When you get married you go on a honeymoon, when you are pregnant you go on a babymoon, when you have kids and you travel without them you go on a ???. I have been racking my brain for what it is actually called..when you go away with your husband and leave your kids at home. I first tried to be witty and think of something catchy for the title of this blog, but eventually I realised I couldn’t come up with anything because there are actually no words for it.
I just got back from a trip to Bali with my husband. He works crazy hours and we don’t spend a lot of quality time together and often when we do, we are mummy and daddy. We are not the couple that look at each other and remember how in love we are, we are not walking a along the street holding hands.. we are pushing prams, feeding kids, on the phone, on Facebook (guilty!) and are caught up in the madness that is our family. Don’t get me wrong.. I would not have it any other way, we are obsessed with our family and with family life but it’s no secret that sometimes I crave some time together. So we decided on a trip together and I was slightly anxious from the very moment we booked our tickets.
My way of dealing with the anxiety was to feel as if I would still be in control even when I wasn’t there. I will give you my tips in case you have the opportunity to do it as it really ran smoothly.
1. I made very specific schedules for the two sets of grandparents and ran through it with them all together so there was no confusion.
2. I packed and labelled large gladbags filled with each girls clothing for the day. Each bag had a full outfit in it..clothes, socks, undies. This way it took the guess work out for the grandparents each morning (and I knew they still looked fashionable in my absence.. don’t judge me!)
4. I got a gorgeous wooden letterbox from Dear Little Letterbox (www.dearlittleletterbox.com) and filled it up with love letters that I was sending from Bali for them (or so they thought). The instructions were that if they were missing us, to use it as a distraction. It also came with letters and pencils, so they could colour in on them too.
5. I left a present a day per child. This was to be given at the end of each day as something to look forward to. Nothing amazing, a little book, stickers, a bouncy ball. Just a little something so they would know that we were thinking of them.
The morning I left, I dropped my older daughter at pre-school and reminded her that I was leaving for Bali that day. I had only told her a few days before about us leaving. Telling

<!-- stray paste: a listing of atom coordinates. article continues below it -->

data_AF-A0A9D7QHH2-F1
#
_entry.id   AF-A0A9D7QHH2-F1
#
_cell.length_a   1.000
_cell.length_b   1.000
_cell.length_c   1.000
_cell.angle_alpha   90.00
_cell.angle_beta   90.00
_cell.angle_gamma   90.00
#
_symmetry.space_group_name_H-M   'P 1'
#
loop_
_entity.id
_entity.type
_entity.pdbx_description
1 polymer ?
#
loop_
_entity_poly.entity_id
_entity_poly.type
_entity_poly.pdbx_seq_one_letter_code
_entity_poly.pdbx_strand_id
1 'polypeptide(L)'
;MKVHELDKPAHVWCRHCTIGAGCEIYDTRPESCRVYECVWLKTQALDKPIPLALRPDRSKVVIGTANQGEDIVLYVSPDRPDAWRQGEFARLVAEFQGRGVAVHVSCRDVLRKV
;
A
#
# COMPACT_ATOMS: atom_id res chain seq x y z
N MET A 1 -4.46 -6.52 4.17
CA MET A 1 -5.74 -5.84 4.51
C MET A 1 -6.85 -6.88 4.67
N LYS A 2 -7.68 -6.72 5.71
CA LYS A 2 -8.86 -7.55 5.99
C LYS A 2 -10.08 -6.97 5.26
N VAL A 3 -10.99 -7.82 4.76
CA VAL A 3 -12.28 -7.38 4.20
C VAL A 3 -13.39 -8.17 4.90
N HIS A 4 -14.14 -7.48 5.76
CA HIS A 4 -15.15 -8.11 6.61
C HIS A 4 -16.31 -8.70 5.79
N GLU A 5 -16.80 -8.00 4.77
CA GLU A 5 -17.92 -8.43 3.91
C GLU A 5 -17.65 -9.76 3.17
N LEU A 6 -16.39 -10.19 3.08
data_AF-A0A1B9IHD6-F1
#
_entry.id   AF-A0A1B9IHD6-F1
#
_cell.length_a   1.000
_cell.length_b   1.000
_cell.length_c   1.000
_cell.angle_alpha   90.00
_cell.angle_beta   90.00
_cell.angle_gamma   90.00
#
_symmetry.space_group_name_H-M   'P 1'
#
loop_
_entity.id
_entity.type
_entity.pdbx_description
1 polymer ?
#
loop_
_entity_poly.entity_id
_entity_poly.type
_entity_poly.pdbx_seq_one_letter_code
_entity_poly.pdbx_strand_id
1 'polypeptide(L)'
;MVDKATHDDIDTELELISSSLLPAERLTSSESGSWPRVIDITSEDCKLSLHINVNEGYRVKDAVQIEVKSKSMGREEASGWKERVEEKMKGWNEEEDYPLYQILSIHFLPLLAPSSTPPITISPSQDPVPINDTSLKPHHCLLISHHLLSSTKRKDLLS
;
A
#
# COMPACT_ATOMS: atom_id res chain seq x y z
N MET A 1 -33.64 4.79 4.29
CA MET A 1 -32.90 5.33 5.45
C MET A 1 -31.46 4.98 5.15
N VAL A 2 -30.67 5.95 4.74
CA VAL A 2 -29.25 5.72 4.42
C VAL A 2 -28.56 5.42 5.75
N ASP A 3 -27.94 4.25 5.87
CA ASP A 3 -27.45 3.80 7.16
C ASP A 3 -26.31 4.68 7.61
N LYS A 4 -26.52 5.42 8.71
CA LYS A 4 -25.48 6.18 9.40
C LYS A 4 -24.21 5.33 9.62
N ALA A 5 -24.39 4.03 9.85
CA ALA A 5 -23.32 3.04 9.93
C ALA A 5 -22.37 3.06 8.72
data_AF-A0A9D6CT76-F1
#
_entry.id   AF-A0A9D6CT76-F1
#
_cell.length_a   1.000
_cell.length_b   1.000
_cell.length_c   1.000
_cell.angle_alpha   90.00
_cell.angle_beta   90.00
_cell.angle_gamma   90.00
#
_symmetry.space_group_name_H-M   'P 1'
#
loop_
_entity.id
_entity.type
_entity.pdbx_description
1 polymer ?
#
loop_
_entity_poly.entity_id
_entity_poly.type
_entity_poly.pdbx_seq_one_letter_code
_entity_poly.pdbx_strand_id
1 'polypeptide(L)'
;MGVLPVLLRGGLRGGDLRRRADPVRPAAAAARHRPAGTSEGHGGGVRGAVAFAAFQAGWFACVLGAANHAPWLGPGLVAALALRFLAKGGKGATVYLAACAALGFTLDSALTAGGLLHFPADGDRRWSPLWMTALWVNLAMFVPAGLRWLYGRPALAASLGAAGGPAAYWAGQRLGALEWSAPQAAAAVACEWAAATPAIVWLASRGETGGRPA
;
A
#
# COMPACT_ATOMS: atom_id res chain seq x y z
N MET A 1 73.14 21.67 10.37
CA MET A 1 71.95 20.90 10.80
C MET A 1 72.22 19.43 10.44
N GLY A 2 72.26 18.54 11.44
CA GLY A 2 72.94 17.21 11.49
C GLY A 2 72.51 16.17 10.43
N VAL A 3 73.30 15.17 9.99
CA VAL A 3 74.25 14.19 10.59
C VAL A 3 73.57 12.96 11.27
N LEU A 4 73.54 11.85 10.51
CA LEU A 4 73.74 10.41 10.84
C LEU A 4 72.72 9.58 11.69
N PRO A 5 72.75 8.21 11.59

her too early would have been useless as three year olds often can’t c
onceptualise time and I was also worried that if she pondered about it for too long she would become a little anxious about it. The flip side was that telling her too late just wouldn’t be fair to her. When I told her, I kept it very positive. I told her she was going on an amazing holiday, a few days with one set of grandparents and a few more with the other and I kept saying how lucky SHE was. I really tried to get inside her little toddler head and see the situation how she would, remembering that three year olds find it difficult to think outside of themselves. So I kept talking about all the wonderful things SHE was going to do. I also kept using the same words “mummy and daddy always come back”. So when I dropped her off at preschool before saying goodbye, she seemed to have really grasped what was happening. I also asked her for a list of presents I needed to buy her in Bali.
1. Tutu, 2. Sunglasses. 3. Teddy.
Cuddling my 18 month goodbye was a little harder as obviously I couldn’t explain anything to her and just hoped out of sight was really out of mind. For her, not for me.
While we were away, we Face-timed twice a day. I made it a priority that no matter where we were, be it by the pool, shopping up a storm or even from a rice paddy .. I stopped and checked in with my girls. I would sing a song with Rafaella and have a quick chat with Mikah – if she wanted too!
I missed them insanely of course but I really did manage to drop the usual mother guilt that I feel, which is not an easy task for me – I suffer from extreme bouts of mother-guilt. I justified the whole trip by saying to myself “I deserve this. I need this. This is going to make me a better wife and a more patient mother”. My husband and I got to sit across a table and talk. Yes look at each other and talk, something I really don’t take for granted since having the kids. We caught up on some much needed sleep and some much needed laughter. I even realised how much I was eating. It was like the bear storing up food for winter, only in reverse. I don’t get time to eat at home because I’m rushing all the time and with time to myself, I couldn’t stop feeding my body.
Coming home was quite the anti-climax. I RAN in expecting a royal entrance.. cheers and excitement from all, a bit of a red carpet rolled out even. I ran in with open arms to see Mikah watching TV and didn’t even turn to look at me and for Rafaella to still be in bed. Pfft! Eventually I got my missed kisses and squeezes.
After a little anger and hostility from Mikah, everything is back to normal and Rafaella is a little clingier than normal but I’m kind of loving that. They have definitely picked up a few bad habits from the week from being spoilt by grandparents but I’ve decided that’s the price to pay for going away without them..
But it was worth every cent!